From the years 2005 to 2007, I suffered from chronic Depersonalization Disorder.

Generally considered to be one of the most difficult and persistent anxiety-based conditions, depersonalization (DP) is an ongoing feeling of disconnection from the self that’s intensely frightening and difficult to live with. It put my entire life on hold for two long, painful years. It was a constant waking nightmare and by far the toughest thing I’ve ever had to go through.

My recovery from this chronic anxiety-based condition was a long, hard battle. However, the experience taught me a great deal about the nature of anxious thinking and how to deal with it.

Here are the five most important lessons that I learned in that time:

1. Don’t Fight It

Like many other anxiety spectrum disorders (GAD / Social Anxiety Disorder / OCD etc), depersonalization is fundamentally an anxious habit of thought. As such, it can’t be reasoned or fought with in any logical terms. Doing so only making things worse by giving the condition more credence and mental weight. Instead, try to relax and be mindful: accept that these feelings and thoughts are simply there — and that in time, they will pass.

2. Remember What The Thoughts Really Are

Possibly the most disturbing aspect of any anxiety-based condition are the thoughts that come with it. These can range from silly and annoying to very dark and frightening. But you can disempower them immediately by simply remembering what they are: anxiety-driven thoughts and nothing more. They can be scary but remember: they only exist because of the anxiety and will stop once the anxiety is stopped.

3. You Only Need To Focus On One Goal

Anxiety can feel like a thousand different thoughts and fears; impossible to sort through and deal with individually. Well, the good news is that you don’t need to deal with them individually. All of these thoughts and symptoms are stemming from a single, manageable source — anxiety itself — and that’s all you need to address. Stay focused on that one goal and the multitude of thoughts and fears will dissipate naturally on their own.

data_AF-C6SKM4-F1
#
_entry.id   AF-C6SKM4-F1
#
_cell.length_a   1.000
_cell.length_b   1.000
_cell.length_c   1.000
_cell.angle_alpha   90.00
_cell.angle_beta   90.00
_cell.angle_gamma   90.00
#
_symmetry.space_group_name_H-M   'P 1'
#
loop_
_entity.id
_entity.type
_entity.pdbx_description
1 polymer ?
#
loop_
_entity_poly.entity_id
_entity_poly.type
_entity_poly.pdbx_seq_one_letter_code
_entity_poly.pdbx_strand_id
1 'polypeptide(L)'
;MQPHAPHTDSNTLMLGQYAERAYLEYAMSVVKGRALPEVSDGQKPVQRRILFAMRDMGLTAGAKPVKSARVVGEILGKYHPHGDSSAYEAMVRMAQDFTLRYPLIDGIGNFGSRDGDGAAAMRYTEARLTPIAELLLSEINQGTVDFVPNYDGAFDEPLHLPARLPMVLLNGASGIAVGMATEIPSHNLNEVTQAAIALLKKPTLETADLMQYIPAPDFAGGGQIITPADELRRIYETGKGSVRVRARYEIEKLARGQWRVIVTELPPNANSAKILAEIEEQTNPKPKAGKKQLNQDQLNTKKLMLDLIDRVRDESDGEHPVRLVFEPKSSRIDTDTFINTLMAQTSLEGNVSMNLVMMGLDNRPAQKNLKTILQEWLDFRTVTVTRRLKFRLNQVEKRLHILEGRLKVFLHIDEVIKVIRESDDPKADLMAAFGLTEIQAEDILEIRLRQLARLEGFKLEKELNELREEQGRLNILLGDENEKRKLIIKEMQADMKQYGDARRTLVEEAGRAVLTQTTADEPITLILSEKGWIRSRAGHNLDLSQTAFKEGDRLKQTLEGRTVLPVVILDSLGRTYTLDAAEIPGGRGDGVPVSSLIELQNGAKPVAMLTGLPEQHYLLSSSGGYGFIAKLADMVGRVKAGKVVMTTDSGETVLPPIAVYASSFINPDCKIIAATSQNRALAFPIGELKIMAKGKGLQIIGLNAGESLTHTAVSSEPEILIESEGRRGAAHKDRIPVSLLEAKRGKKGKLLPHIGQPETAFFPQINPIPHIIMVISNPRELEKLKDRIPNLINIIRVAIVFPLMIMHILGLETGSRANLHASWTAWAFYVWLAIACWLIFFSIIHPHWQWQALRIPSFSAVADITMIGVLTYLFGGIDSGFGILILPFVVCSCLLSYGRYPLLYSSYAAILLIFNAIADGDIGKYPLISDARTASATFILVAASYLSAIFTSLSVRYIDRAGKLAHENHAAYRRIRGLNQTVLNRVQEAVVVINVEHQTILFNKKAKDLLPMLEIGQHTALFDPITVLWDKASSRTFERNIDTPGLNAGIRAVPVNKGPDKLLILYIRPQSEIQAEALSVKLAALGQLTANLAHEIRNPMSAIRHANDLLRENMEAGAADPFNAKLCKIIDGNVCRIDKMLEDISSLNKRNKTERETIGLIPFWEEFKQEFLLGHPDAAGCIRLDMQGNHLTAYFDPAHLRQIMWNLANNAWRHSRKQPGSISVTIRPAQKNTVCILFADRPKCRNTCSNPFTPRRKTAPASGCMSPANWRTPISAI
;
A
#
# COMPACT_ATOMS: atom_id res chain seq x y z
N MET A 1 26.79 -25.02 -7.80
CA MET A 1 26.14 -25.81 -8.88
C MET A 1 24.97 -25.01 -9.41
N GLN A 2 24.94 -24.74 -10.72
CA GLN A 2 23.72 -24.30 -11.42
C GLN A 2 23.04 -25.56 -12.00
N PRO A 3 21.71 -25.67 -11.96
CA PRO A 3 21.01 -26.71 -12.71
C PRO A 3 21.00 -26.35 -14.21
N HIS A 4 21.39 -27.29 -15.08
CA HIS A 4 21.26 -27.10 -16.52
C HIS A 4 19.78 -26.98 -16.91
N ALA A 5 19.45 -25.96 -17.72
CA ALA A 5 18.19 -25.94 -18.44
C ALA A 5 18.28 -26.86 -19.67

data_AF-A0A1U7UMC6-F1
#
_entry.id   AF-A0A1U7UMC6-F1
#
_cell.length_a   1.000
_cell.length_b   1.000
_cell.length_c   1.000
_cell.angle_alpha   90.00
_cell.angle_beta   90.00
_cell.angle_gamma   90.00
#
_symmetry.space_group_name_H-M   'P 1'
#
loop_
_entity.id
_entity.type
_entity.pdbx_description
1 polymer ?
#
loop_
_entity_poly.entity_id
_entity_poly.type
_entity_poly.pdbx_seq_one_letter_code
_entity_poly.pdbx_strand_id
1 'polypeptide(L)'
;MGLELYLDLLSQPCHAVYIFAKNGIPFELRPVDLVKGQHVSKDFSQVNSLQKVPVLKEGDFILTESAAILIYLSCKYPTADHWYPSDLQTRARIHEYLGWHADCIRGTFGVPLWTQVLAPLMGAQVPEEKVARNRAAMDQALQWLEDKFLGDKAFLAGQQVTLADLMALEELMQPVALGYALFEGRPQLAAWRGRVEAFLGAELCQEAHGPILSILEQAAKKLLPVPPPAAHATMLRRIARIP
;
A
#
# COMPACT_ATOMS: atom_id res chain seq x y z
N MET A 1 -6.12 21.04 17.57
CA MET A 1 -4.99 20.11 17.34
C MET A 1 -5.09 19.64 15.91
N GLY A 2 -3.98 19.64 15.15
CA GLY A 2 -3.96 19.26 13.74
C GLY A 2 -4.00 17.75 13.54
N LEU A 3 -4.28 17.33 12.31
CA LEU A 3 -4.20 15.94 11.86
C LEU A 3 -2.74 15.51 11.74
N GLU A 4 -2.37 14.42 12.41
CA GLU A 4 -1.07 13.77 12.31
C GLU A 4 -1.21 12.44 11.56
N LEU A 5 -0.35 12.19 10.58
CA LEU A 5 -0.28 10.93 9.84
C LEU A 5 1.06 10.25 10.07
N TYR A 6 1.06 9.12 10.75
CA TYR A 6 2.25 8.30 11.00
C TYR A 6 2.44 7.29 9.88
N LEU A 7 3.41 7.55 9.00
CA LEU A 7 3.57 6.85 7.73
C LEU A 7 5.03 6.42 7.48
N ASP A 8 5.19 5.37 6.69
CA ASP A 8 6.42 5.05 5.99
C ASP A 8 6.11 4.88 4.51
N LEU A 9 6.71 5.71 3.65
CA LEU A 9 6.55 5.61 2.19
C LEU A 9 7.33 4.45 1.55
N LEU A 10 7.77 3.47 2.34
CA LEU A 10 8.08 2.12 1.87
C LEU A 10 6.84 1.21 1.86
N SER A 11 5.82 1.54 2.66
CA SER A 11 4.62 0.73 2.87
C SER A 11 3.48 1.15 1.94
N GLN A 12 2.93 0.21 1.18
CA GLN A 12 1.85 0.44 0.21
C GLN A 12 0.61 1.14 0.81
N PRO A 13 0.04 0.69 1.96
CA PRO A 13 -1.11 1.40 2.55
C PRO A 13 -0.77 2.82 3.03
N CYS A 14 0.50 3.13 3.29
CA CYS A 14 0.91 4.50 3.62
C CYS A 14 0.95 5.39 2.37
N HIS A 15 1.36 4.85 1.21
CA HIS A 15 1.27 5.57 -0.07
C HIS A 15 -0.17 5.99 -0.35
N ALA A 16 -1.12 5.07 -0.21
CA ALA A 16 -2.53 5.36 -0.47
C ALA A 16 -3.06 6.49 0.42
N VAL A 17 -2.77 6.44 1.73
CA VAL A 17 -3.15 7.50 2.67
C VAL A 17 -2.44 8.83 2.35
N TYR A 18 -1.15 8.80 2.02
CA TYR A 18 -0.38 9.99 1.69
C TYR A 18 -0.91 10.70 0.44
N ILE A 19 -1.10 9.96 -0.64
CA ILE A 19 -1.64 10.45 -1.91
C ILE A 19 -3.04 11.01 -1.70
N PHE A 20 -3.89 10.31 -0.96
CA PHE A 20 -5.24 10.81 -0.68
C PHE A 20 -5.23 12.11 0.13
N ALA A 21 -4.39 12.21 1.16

4. Stay Occupied!

The anxious mind is like a garden with weeds. If you sit around and just hope that the condition will abate on its own, the weeds will keep growing and become even harder to get rid of. You must be consistently active, sociable and focused on constructive activities. Keep your mind’s garden bright and tidy and colourful. Make sure there’s no room for weeds to grow and soon they’ll die away.

5. Never Give Up

The feelings of anxiety and depersonalization can seem so insurmountable that it’s sometimes tempting to give up on the idea of recovery altogether. But just remember that those feelings of despair are extremely typical for anxiety-spectrum disorders. What’s important is not the feelings themselves but how you react to those feelings — And if you consistently react to them with positive action, refocusing your attention on constructive activities, you will break the negative train of thought.

These habits may seem difficult at first — especially when facing the overwhelming stress that accompanies anxiety-based conditions like depersonalization — but with discipline and tenacity, you will generate healthy new thought habits — and see positive results very soon.

Shaun O Connor is a filmmaker and writer from Co. Kerry, Ireland. He is the author of The Depersonalization Manual which details his recovery from chronic depersonalization and provides a complete guide to recovery for sufferers of the condition that has sold over 8,000 copies worldwide. You can find more about Shaun’s experience with depersonalization here. Shaun is also a multi award-winning television and film director whose work has screened around the world, including at the Dublin, Helsinki and Boston Film Festivals.

Image courtesy of Jake Melara.